£4.65 million for bus operators to help disabled passengers travel with confidence

New funding will support upgrades to buses to provide real-time travel information to passengers

  • government funding will help small bus operators roll out live audio and visual updates on routes
  • builds on millions of pounds already invested by the government to improve transport accessibility
  • new one-stop shop guide of helpful advice for disabled passengers using public transport across the UK

Disabled passengers are set to navigate buses with greater ease, thanks to almost £5 million being made available to roll out audible and visual announcements throughout Great Britain.

In the latest of a string of initiatives to improve accessibility across public transport, applications have today (8 April 2024) opened for small bus and coach operators to bid for a share of £4.65 million to install state-of-the-art technology that will both display and announce information clearly for all passengers, including those with sight and hearing impairments.

Known as the Accessible Information Grant, this funding will be vital in supporting small operators to fit screens, speakers and induction loops guaranteeing passengers are informed about which route they are on and what stop they are at throughout their journey.

The grant applications support regulations that were introduced last year requiring all bus operators to provide audio and visual updates on journeys, and follow £350 million announced last year to improve accessibility at train stations thanks to reallocated HS2 funding.

Guy Opperman, Minister for Accessibility and Ministerial Disability Champion at the Department for Transport, said:

"Buses are the most used form of public transport in the country, and for people who are disabled, they may be the only way to meet friends and family, attend medical appointments or get to work.

"I can only imagine how daunting it must be to get on a bus and not know for certain where it’s going or when to get off, which is why we introduced new rules to ensure all buses provide this information in an accessible way. This £4.65 million is the extra push to give operators the tools to upgrade their buses on time and ensure all passengers can board with confidence."

Last year, regulations were introduced requiring all bus operators throughout Great Britain to provide high-quality and accessible announcements across their networks to ensure disabled people are not left in the dark when it comes to using our public transport. By supporting smaller bus companies, this funding will help ensure that all operators are able to meet that October 2026 deadline.  

Pete Osborne, Deputy CEO at Guide Dogs, said:

"Accessible buses can unlock opportunities to get around independently, whether that’s to travel to work, go shopping or see friends. But for many people with sight loss, bus travel has been difficult or impossible because of a lack of audio next stop and final destination announcements.

"After years of campaigning, we were delighted with the new regulations announcement last year and we greatly welcome the opening of these grants. AV announcements on buses will be a significant step forward in creating a more inclusive and accessible transport network, helping people live the lives they choose."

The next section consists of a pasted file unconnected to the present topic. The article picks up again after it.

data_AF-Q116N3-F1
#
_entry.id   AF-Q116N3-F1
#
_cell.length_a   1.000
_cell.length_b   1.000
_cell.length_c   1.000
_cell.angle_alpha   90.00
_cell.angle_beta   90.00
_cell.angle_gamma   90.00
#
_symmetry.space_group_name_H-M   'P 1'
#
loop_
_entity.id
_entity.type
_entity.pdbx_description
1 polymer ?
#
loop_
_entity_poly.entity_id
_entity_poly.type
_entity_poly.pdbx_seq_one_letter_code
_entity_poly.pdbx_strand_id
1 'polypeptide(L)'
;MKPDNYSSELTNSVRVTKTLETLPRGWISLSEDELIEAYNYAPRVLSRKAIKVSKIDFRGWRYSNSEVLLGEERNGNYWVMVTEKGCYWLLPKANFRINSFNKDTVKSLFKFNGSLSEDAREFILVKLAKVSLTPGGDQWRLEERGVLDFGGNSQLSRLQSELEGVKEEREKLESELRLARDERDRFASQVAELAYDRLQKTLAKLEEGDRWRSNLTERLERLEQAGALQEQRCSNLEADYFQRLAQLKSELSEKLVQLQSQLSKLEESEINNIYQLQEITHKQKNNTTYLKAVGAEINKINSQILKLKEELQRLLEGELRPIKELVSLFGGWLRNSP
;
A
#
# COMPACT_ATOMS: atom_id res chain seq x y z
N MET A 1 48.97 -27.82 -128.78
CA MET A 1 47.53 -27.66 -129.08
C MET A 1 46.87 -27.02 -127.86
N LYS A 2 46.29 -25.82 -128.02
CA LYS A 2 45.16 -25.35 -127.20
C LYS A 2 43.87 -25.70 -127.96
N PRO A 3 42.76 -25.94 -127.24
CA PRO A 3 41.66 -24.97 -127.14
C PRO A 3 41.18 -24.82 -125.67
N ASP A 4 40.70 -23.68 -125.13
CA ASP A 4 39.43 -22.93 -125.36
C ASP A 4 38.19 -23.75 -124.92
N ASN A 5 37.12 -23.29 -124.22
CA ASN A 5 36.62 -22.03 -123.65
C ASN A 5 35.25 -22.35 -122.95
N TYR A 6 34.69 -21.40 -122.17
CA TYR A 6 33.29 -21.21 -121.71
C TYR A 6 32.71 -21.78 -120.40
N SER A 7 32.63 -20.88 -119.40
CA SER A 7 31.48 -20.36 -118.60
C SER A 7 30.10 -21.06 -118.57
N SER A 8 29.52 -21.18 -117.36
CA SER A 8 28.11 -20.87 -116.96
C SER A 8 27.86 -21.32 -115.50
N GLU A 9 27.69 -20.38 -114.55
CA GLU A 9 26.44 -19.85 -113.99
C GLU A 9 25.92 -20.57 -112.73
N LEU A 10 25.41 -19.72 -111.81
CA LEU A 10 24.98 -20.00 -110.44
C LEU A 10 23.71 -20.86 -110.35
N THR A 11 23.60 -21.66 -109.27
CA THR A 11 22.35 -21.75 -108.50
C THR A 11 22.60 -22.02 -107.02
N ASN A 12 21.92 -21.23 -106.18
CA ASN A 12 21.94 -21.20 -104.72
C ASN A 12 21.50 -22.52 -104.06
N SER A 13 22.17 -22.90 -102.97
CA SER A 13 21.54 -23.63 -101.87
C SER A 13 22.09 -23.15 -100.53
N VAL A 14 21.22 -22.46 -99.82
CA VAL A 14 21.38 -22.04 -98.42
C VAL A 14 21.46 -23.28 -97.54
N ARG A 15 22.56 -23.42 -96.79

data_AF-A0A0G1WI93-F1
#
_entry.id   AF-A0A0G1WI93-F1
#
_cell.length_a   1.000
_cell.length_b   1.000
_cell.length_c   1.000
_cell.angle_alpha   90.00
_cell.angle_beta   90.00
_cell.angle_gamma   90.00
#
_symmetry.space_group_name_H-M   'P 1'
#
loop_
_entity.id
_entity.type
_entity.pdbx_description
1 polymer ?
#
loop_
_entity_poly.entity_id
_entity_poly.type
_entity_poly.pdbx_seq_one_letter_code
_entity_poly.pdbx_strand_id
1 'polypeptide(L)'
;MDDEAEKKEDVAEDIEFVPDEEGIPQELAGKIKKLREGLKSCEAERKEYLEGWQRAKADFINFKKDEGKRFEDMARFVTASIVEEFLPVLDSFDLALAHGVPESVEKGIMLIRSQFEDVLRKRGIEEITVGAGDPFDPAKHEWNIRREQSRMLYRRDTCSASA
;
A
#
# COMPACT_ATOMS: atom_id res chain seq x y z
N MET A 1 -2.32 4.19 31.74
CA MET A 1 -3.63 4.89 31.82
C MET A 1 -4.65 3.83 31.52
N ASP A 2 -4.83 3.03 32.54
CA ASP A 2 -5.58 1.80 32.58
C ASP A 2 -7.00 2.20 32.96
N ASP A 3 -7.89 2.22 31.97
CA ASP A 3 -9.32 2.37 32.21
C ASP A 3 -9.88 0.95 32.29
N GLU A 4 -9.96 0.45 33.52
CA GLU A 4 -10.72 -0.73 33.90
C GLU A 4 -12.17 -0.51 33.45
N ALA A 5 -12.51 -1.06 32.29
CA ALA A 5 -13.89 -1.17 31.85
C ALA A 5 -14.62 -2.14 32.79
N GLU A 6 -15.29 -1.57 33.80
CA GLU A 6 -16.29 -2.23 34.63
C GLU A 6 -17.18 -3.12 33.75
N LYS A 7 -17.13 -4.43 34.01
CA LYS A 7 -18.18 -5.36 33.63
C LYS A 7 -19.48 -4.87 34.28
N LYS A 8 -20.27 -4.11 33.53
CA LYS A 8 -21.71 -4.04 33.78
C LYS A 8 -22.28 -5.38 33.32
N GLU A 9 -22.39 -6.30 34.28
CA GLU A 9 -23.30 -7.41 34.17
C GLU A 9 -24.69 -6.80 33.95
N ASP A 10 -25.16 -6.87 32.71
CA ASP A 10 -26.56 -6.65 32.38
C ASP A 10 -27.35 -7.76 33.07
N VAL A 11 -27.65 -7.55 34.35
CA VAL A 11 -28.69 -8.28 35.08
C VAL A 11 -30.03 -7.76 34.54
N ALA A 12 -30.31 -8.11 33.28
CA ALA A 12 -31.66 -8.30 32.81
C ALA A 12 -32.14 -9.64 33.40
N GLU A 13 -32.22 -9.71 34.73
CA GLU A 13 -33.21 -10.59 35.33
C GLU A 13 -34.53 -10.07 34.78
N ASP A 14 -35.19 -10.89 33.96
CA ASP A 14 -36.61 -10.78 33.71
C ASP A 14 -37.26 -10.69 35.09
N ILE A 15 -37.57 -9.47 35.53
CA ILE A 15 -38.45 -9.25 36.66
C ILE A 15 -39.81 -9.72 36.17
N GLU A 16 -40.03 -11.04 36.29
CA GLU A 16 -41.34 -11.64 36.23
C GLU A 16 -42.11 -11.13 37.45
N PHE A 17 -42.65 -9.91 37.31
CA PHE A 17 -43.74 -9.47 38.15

This comes as the government, alongside charity Scope, has published the Right to Ride guide which helps disabled people and others with reduced mobility when using bus, coach, taxi, private hire vehicle and rail services by compiling helpful travel information together in one easy-to-read document.

Right to Ride explains the actions a disabled person can take when a journey has been disrupted or the assistance provided is unsatisfactory or has failed, providing guidance on:

  • the rights of disabled passengers travelling across Great Britain
  • what to expect in terms of assistance
  • what to expect in terms of accessibility
  • how to make a complaint if travel does not go as planned
  • how to claim compensation or redress      

Mark Hodgkinson, Chief Executive at disability equality charity Scope, said:

"Disabled people have been campaigning for many years to make public transport more accessible.

"We know that disabled passengers are often let down by poor customer service, inaccessible transport and a lack of up-to-date information. When things go wrong it can often have a big impact and be hard to know what your rights are to put things right.

"The Right to Ride document is a significant step forward in providing disabled people with more clarity and transparency over their rights and what to expect when travelling on public transport.

"We want transport companies to listen to their disabled customers and make travel more accessible for all."

This guide is a positive step forward in helping disabled people know their rights and how to find assistance across land modes of transport, set out as a priority in the Inclusive Transport Strategy (ITS).

This follows on from a number of initiatives to improve accessibility across transport, including funding step-free access at over 240 train stations through our Access for All programme, as well as the further £350 million to come.

The government has also committed to publishing a National Rail accessibility strategy, announced plans to strengthen air passenger rights for disabled passengers, released new training on handling powered wheelchairs on aircraft and the Air passenger travel guide.

The department also runs the it’s everyone’s journey campaign, a government-backed initiative to highlight the part we can all play in improving disabled people’s experiences when using public transport. This is all on top of the Disability Action Plan which sets out the immediate actions the government will take in 2024 to improve disabled people’s everyday lives and lays the foundations for longer-term change.

From: Department for Transport and Guy Opperman MP